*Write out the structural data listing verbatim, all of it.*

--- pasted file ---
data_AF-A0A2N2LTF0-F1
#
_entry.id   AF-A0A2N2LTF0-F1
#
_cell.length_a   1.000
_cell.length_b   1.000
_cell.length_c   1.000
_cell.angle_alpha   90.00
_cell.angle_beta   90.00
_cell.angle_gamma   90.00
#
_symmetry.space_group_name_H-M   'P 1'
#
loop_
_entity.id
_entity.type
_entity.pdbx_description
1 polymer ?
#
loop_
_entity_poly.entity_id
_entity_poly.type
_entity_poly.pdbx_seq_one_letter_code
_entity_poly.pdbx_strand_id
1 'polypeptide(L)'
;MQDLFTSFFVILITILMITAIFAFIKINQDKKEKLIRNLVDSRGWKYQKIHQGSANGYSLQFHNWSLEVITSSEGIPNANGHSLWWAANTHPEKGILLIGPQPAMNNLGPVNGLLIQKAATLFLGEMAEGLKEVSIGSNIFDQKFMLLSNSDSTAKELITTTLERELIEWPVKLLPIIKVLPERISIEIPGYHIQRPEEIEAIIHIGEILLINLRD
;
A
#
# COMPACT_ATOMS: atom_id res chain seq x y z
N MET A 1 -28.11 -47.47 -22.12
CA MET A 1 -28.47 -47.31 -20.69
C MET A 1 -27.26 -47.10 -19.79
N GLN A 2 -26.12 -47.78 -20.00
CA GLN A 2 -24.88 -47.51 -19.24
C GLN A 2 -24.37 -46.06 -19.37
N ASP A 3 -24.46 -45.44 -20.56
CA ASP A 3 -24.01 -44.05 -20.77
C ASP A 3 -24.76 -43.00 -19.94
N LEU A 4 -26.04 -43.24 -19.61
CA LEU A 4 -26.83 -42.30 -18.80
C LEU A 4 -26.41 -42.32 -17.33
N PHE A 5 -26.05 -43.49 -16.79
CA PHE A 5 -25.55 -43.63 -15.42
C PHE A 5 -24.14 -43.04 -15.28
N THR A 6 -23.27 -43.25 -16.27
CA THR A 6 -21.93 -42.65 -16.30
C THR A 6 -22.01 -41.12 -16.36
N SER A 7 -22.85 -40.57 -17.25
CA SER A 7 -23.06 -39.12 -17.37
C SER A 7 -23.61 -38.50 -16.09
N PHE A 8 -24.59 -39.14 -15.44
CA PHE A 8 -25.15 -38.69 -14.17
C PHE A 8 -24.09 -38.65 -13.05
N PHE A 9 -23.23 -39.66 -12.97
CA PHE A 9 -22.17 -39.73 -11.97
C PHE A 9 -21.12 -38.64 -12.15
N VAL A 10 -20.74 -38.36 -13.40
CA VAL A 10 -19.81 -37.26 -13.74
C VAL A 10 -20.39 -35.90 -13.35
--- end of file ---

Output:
data_AF-A0A2N2LTF0-F1
#
_entry.id   AF-A0A2N2LTF0-F1
#
_cell.length_a   1.000
_cell.length_b   1.000
_cell.length_c   1.000
_cell.angle_alpha   90.00
_cell.angle_beta   90.00
_cell.angle_gamma   90.00
#
_symmetry.space_group_name_H-M   'P 1'
#
loop_
_entity.id
_entity.type
_entity.pdbx_description
1 polymer ?
#
loop_
_entity_poly.entity_id
_entity_poly.type
_entity_poly.pdbx_seq_one_letter_code
_entity_poly.pdbx_strand_id
1 'polypeptide(L)'
;MQDLFTSFFVILITILMITAIFAFIKINQDKKEKLIRNLVDSRGWKYQKIHQGSANGYSLQFHNWSLEVITSSEGIPNANGHSLWWAANTHPEKGILLIGPQPAMNNLGPVNGLLIQKAATLFLGEMAEGLKEVSIGSNIFDQKFMLLSNSDSTAKELITTTLERELIEWPVKLLPIIKVLPERISIEIPGYHIQRPEEIEAIIHIGEILLINLRD
;
A
#
# COMPACT_ATOMS: atom_id res chain seq x y z
N MET A 1 -28.11 -47.47 -22.12
CA MET A 1 -28.47 -47.31 -20.69
C MET A 1 -27.26 -47.10 -19.79
N GLN A 2 -26.12 -47.78 -20.00
CA GLN A 2 -24.88 -47.51 -19.24
C GLN A 2 -24.37 -46.06 -19.37
N ASP A 3 -24.46 -45.44 -20.56
CA ASP A 3 -24.01 -44.05 -20.77
C ASP A 3 -24.76 -43.00 -19.94
N LEU A 4 -26.04 -43.24 -19.61
CA LEU A 4 -26.83 -42.30 -18.80
C LEU A 4 -26.41 -42.32 -17.33
N PHE A 5 -26.05 -43.49 -16.79
CA PHE A 5 -25.55 -43.63 -15.42
C PHE A 5 -24.14 -43.04 -15.28
N THR A 6 -23.27 -43.25 -16.27
CA THR A 6 -21.93 -42.65 -16.30
C THR A 6 -22.01 -41.12 -16.36
N SER A 7 -22.85 -40.57 -17.25
CA SER A 7 -23.06 -39.12 -17.37
C SER A 7 -23.61 -38.50 -16.09
N PHE A 8 -24.59 -39.14 -15.44
CA PHE A 8 -25.15 -38.69 -14.17
C PHE A 8 -24.09 -38.65 -13.05
N PHE A 9 -23.23 -39.66 -12.97
CA PHE A 9 -22.17 -39.73 -11.97
C PHE A 9 -21.12 -38.64 -12.15
N VAL A 10 -20.74 -38.36 -13.40
CA VAL A 10 -19.81 -37.26 -13.74
C VAL A 10 -20.39 -35.90 -13.35